Everything that gets born dies,”–Morrie Schwartz

Ever since VoIP services like Skype for mobile went mainstream and Unified Communications continues to provide a way for us to unhitch ourselves from the desk phone, pundits have been prophesying the death of desk phones. The reason for the desk phone death watch is largely due to continued convergence of communications. With this convergence, comes an increase of employees messaging, cloud collaborating, sharing calendars and Web conferencing on mobile devices and through browsers for corporate connections in lieu of making calls.

Matthew Proctor, writing for CRN notes, “This evolution is, on the surface, driven by the likes of Microsoft, Google and Facebook. But evolution is truly driven by behavior, and humanity’s instinct is to explore and try new things. These three companies have more connected customers than any telco globally.”

It seems sound reasoning to predict the demise of the desk phone as imminent. Yet, desk phones remain regular fixtures in business. Last year, TMCnet reported that the desk phone market “showed a substantial amount of expansion between 2009 and 2013.”

With Millennials, the desktop phone is already filed under “extinct,” as many younger workers prefer to use mobile devices and messaging for business communication.

However, these reasons do not comprise the whole picture on the persistent presence of desk phones. The desk phone will continue to exist as an office supply at least for some time into the future. There are many compelling reasons why:

1. Redundancy
Desk phones can plug into VoIP PBX systems or connect to POTS lines. Phones connected to POTS provide call fail over and redundancy when cellular service fails or the Internet connection powering a VoIP system goes down.

2. Taxes and surcharges
Many companies are not ready to be saddled with the burden of figuring out taxes and fees for each employee’s company-provided cell phone. Charges can vary based on an employee’s location, data needs, roaming plans and more.

3. Comfort
A lengthy call on a cellphone can be an uncomfortable experience. Plugging in an ergonomically-designed headset into the USB port of an IP desk phone is a far more pleasant experience than using a cellphone or earbuds.

4. Better speakerphones
When it comes to the quality of speakerphones, there is no comparison between a high-end desk phone like a Polycom to the often-tinny quality of a cellphone’s speaker.

5. One-click access
Accessing voice mail via a smartphone can often require a series of steps including entering an access code. Many desk phones allow for one click access to voice mail.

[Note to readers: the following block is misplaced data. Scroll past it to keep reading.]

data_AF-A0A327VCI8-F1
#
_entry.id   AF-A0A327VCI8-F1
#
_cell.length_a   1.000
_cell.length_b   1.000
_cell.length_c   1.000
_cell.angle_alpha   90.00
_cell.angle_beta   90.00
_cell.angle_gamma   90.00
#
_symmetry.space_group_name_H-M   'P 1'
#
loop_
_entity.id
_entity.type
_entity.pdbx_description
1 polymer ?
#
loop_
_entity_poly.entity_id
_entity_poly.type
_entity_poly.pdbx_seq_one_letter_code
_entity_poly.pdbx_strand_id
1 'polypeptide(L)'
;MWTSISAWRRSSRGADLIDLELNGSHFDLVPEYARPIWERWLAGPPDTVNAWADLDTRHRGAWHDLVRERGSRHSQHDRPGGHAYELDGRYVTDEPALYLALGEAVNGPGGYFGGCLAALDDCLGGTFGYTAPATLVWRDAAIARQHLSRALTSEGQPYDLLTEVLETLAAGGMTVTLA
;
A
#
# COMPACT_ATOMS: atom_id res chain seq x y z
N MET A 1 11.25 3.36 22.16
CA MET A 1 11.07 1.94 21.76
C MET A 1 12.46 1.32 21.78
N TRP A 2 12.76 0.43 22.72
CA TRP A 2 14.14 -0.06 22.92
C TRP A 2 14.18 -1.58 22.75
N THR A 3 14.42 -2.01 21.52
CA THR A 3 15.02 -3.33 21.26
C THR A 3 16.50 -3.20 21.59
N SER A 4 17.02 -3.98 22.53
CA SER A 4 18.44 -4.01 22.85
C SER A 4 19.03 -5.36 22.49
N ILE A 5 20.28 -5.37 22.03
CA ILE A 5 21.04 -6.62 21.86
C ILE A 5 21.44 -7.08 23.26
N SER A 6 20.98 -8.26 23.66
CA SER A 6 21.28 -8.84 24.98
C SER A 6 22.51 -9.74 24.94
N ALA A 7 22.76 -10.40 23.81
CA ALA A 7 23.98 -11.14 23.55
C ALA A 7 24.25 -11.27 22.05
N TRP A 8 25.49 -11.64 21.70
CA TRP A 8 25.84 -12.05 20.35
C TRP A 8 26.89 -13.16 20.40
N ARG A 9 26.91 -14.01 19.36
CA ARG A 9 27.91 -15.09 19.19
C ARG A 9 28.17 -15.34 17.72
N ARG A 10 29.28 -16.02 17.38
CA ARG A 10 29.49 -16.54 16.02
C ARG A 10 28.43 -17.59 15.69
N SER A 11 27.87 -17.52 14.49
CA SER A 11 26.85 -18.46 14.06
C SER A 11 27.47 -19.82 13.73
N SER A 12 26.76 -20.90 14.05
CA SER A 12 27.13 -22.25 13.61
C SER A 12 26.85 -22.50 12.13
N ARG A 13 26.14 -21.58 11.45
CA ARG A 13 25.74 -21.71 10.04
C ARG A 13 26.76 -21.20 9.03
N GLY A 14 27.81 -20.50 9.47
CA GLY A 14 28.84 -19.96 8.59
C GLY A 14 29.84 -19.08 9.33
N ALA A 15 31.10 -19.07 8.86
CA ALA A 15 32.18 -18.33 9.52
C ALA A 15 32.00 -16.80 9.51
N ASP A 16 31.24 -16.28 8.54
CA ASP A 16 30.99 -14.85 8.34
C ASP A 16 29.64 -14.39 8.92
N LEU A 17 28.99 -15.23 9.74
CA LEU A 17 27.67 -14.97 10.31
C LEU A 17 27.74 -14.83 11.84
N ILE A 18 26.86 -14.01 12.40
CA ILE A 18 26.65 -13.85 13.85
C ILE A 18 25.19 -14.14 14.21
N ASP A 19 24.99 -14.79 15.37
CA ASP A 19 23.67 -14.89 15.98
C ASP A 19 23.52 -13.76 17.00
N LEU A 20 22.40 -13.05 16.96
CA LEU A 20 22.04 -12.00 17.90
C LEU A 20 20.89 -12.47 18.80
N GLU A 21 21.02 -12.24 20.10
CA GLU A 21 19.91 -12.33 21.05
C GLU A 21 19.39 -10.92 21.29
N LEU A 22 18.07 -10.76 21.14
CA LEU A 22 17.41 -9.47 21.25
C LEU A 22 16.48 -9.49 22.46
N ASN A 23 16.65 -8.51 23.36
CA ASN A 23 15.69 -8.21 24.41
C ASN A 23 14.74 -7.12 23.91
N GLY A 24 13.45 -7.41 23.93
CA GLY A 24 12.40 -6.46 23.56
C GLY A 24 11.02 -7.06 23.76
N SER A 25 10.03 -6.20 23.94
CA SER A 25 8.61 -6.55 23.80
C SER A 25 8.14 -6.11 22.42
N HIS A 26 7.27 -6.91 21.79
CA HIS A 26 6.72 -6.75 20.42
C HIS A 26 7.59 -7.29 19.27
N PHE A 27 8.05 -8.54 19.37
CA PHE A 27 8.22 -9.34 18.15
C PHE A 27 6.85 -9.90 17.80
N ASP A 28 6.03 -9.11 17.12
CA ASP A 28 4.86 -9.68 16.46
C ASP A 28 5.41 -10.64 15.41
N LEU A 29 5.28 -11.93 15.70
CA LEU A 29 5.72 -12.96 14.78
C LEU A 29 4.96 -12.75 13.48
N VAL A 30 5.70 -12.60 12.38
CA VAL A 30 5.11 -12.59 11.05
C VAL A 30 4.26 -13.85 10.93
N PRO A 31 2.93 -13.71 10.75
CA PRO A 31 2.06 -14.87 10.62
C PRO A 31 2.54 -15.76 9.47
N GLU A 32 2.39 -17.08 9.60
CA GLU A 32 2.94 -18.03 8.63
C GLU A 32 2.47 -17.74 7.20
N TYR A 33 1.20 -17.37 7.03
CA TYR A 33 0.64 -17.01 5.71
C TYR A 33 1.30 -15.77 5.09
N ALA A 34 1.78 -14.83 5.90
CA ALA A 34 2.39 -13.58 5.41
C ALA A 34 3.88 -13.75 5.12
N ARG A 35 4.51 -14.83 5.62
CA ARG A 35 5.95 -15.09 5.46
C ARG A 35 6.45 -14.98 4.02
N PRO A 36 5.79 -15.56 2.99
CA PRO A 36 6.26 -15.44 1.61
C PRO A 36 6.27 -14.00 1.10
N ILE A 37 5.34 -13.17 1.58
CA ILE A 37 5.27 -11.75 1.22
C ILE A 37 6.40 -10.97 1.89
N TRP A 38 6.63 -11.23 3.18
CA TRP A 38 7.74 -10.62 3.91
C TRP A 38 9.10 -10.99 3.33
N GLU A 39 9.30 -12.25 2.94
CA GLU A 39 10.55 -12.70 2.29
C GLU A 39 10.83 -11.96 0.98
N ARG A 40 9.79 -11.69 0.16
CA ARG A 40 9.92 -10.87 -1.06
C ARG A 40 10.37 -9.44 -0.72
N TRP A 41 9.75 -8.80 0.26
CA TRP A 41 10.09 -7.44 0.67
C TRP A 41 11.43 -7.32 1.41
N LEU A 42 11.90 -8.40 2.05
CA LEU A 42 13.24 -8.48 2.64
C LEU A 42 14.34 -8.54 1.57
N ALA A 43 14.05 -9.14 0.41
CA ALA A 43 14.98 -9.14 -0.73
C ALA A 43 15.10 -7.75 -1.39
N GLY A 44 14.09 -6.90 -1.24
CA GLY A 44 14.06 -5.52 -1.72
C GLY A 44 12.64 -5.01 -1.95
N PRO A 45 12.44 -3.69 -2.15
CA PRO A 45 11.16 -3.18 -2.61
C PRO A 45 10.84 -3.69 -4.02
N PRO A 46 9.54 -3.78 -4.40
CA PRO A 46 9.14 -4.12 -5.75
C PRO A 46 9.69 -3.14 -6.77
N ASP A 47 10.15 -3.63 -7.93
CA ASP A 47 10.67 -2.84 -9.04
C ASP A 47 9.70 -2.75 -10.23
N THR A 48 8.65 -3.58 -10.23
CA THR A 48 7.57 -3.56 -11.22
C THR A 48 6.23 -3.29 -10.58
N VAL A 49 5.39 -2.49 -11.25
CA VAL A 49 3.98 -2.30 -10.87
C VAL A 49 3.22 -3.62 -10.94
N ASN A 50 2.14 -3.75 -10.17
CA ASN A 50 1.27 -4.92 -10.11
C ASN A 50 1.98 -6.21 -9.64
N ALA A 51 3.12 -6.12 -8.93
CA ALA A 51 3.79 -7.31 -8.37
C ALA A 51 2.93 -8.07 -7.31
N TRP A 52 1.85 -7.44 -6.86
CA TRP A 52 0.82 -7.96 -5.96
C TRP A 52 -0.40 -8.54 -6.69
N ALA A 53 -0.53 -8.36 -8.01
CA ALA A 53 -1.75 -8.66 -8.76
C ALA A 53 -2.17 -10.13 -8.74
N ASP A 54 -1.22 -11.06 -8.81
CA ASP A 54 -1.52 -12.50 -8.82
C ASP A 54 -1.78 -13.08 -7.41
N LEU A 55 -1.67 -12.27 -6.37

6. Company Directory
One great convenience of desk phones is that they are tapped into an entire company’s phone directory without requiring any end-user intervention. This often also means speed-dial access to anyone in the company.

7. Group Pickup
Most desk phones can perform group pickup, a convenient and quick way to get a team call together.

8. Partitioning between work and personal calls
Employees generally remain hesitant to consolidate work and personal phones. Alaa Saayad, industry analyst for unified communications, Frost & Sullivan, told Tech Target, “We’ve heard one enterprise say that while 70 percent of managers wanted to consolidate devices, 70 percent of end users didn’t.”

9. Call Lamps
Don’t underestimate the usefulness of Call Lamps. This is a feature on most desk phones that will let you know if a colleague is on another call if you try to transfer a call or include them in a conference.

10. Cost
Hosted VoIP and landline prices are usually cheaper than cellular prices.

11. Switchboard needs
Many companies still have front office staff who must work with multiple phones lines and require desk phone/console features such as shared line appearances.

12. Security
Some company networks may block VPN, IM and SIP traffic for security and performance reasons. In these networks, land lines and desk phones are the alternative for calls.

13. Fixed location
The chance of losing your desk phone is almost nil. It’s very easy to lose a mobile device.

14. Learning curve
Face it, not everyone in the company is going to be adroit at using IM, the latest smartphones or different facets of Unified Communications. Some employees may need training when companies substitute other communication methods for phones. With desk phones, everyone pretty much gets how they works.

15. Call quality
Cellular connections and desktops or laptops that may be used for calls, typically offer inferior call quality than desk phones.

16. Smaller businesses less likely to have a UC solution deployed
A 2014 report from Gartner revealed that “Most large enterprises currently use a range of UC functionality (for example, most have various forms of conferencing to meet varying basic and advanced conferencing capabilities, utilizing a mixture of cloud- and premises-based approaches). Some small businesses, by contrast, have more basic audio conferencing and Web conferencing capabilities, but haven’t yet incorporated advanced conferencing into their business.”

Smaller businesses may find cost and support options prohibitive in adopting a comprehensive UC solution, instead opting to keep existing telephony and desk phones.

17. Distractions
Having many methods for corporate communications can ironically, turn into a counterproductive distraction. It’s easier in both time-management and efficiency, in some cases, to limit work communications to calls and colleagues stopping by your desk.